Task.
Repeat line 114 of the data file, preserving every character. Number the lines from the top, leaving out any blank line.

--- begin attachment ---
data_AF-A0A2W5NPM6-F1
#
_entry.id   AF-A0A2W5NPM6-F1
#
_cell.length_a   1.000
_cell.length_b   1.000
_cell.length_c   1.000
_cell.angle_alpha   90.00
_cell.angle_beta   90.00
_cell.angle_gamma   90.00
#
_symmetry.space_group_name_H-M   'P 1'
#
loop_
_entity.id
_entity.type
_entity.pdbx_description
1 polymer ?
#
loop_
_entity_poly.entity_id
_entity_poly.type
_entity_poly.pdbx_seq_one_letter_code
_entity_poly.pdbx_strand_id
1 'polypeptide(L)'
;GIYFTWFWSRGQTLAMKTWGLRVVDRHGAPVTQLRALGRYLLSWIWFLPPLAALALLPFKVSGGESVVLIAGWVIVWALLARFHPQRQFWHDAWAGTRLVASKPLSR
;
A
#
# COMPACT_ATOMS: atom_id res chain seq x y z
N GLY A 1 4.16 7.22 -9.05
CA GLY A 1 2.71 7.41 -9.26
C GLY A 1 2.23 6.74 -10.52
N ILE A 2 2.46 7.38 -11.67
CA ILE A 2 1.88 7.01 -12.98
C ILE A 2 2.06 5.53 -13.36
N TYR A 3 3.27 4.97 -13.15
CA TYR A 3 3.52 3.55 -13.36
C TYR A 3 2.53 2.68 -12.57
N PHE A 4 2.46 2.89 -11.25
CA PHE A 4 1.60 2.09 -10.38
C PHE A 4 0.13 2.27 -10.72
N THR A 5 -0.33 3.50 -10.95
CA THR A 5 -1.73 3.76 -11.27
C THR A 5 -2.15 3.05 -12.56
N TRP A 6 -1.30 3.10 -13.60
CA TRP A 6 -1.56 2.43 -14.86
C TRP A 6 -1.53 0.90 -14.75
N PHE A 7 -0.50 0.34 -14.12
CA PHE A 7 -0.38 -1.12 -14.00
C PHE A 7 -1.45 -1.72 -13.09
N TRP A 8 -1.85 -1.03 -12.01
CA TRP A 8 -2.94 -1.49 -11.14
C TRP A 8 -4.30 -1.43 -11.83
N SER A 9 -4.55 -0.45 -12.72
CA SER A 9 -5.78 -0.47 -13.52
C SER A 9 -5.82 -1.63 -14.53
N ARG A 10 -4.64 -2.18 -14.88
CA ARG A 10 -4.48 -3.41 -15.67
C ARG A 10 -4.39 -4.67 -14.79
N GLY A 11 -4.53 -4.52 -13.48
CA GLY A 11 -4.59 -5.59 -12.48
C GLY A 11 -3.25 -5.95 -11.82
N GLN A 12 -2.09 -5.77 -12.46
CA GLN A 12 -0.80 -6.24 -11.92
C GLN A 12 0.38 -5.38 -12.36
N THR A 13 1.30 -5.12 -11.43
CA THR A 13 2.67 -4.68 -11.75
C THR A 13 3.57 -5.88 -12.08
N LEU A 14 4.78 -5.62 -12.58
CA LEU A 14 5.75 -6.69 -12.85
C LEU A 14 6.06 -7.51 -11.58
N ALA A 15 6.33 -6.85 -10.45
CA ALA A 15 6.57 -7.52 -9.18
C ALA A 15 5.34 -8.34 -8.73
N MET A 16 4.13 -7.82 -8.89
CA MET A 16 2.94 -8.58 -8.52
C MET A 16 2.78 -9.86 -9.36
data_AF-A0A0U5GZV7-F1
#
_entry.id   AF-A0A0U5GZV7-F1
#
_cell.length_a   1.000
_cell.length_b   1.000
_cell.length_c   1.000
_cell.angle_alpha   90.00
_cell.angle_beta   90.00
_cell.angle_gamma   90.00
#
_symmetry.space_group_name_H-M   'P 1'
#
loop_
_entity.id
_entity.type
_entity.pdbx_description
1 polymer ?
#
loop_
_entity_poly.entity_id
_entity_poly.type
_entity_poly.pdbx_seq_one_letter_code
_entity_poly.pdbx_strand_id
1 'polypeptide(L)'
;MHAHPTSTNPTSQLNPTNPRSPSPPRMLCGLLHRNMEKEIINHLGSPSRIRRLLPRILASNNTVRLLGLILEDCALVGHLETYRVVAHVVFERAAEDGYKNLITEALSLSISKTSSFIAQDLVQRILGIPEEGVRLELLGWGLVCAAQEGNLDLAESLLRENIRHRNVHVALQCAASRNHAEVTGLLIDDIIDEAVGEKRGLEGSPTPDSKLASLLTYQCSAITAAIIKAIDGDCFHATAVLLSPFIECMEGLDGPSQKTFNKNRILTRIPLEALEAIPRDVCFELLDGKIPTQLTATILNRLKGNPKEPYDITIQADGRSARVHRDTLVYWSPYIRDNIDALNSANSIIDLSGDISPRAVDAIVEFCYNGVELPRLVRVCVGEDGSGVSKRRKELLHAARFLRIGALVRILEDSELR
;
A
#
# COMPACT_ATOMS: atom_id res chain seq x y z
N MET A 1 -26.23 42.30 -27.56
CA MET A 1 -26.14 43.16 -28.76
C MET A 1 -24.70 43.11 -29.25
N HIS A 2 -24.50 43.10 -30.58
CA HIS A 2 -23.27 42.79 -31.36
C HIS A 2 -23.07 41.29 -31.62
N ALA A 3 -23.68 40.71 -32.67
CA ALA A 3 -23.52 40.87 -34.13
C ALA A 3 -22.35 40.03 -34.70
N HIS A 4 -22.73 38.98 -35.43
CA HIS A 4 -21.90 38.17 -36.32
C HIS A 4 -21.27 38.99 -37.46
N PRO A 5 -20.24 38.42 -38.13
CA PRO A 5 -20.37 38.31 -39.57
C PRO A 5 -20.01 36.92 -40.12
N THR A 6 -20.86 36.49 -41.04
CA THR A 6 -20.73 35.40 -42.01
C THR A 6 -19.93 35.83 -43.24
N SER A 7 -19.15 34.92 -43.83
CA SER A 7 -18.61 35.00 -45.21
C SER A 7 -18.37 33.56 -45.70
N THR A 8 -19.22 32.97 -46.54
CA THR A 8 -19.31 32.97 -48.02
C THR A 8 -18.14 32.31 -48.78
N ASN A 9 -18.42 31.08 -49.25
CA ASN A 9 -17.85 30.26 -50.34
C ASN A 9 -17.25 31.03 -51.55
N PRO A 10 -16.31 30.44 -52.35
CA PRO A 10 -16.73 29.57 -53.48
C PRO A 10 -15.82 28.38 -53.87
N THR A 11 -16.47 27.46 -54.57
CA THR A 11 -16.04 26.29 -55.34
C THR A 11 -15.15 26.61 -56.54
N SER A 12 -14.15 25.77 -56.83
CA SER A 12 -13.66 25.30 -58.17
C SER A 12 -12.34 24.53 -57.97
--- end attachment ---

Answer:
C HIS A 2 -23.07 41.29 -31.62